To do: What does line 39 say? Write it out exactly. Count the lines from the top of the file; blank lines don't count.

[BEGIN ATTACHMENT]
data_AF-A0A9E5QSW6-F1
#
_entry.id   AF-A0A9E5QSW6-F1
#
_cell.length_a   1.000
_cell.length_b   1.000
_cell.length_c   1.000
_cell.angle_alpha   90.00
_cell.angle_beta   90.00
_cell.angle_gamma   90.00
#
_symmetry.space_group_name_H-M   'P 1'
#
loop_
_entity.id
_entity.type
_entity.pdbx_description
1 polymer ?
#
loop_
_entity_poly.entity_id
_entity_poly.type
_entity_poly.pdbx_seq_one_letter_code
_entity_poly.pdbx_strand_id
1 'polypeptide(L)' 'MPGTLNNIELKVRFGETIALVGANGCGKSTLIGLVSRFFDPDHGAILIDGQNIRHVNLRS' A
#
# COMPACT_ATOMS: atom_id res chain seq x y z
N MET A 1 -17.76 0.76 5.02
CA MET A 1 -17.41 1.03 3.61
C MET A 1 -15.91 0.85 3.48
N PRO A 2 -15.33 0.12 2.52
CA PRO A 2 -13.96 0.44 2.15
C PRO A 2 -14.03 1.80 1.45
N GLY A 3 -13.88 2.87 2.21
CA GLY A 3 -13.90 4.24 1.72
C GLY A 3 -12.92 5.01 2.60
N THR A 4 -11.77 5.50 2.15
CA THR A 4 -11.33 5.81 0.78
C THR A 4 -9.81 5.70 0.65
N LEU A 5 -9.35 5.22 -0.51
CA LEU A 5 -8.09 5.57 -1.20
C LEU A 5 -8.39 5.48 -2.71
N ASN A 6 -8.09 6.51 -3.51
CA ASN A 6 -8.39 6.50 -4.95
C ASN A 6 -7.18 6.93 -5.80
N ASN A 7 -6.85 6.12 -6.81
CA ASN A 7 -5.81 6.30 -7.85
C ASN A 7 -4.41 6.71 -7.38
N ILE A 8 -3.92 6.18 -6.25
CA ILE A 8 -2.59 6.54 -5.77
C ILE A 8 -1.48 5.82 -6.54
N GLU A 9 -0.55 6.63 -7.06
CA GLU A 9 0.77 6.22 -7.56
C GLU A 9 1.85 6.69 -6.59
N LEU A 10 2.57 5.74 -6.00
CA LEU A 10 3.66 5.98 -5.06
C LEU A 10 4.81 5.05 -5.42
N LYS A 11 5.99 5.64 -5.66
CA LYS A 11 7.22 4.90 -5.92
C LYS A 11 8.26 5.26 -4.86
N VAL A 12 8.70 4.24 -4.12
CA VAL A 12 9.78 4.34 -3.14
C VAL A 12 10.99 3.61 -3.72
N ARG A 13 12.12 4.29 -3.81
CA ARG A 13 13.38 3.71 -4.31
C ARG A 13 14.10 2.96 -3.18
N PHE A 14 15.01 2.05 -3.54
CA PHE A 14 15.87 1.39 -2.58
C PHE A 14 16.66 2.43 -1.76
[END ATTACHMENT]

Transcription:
C THR A 4 -9.81 5.70 0.65